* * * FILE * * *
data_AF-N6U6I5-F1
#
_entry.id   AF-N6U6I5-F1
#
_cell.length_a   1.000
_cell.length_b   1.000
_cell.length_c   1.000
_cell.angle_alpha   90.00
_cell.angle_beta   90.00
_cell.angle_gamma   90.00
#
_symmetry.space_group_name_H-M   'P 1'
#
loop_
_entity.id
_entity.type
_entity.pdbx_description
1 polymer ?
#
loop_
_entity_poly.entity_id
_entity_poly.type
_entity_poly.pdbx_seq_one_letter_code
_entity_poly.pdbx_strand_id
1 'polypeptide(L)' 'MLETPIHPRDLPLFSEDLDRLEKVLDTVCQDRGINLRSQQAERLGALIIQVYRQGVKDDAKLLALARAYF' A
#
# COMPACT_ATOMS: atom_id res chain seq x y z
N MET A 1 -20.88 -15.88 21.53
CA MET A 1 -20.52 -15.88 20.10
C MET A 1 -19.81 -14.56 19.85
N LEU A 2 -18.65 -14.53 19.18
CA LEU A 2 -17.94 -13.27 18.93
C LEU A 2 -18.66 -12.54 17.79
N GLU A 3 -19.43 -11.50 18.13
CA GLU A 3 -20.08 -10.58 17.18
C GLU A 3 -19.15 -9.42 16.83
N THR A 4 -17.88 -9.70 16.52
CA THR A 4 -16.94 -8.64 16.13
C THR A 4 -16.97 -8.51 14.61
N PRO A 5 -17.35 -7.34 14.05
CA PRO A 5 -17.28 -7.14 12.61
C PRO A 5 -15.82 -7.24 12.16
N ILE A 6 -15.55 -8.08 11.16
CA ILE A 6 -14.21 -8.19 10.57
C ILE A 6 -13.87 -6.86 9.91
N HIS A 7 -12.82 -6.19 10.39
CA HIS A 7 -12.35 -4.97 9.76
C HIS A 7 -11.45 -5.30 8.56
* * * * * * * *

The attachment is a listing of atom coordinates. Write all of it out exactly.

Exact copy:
data_AF-N6U6I5-F1
#
_entry.id   AF-N6U6I5-F1
#
_cell.length_a   1.000
_cell.length_b   1.000
_cell.length_c   1.000
_cell.angle_alpha   90.00
_cell.angle_beta   90.00
_cell.angle_gamma   90.00
#
_symmetry.space_group_name_H-M   'P 1'
#
loop_
_entity.id
_entity.type
_entity.pdbx_description
1 polymer ?
#
loop_
_entity_poly.entity_id
_entity_poly.type
_entity_poly.pdbx_seq_one_letter_code
_entity_poly.pdbx_strand_id
1 'polypeptide(L)' 'MLETPIHPRDLPLFSEDLDRLEKVLDTVCQDRGINLRSQQAERLGALIIQVYRQGVKDDAKLLALARAYF' A
#
# COMPACT_ATOMS: atom_id res chain seq x y z
N MET A 1 -20.88 -15.88 21.53
CA MET A 1 -20.52 -15.88 20.10
C MET A 1 -19.81 -14.56 19.85
N LEU A 2 -18.65 -14.53 19.18
CA LEU A 2 -17.94 -13.27 18.93
C LEU A 2 -18.66 -12.54 17.79
N GLU A 3 -19.43 -11.50 18.13
CA GLU A 3 -20.08 -10.58 17.18
C GLU A 3 -19.15 -9.42 16.83
N THR A 4 -17.88 -9.70 16.52
CA THR A 4 -16.94 -8.64 16.13
C THR A 4 -16.97 -8.51 14.61
N PRO A 5 -17.35 -7.34 14.05
CA PRO A 5 -17.28 -7.14 12.61
C PRO A 5 -15.82 -7.24 12.16
N ILE A 6 -15.55 -8.08 11.16
CA ILE A 6 -14.21 -8.19 10.57
C ILE A 6 -13.87 -6.86 9.91
N HIS A 7 -12.82 -6.19 10.39
CA HIS A 7 -12.35 -4.97 9.76
C HIS A 7 -11.45 -5.30 8.56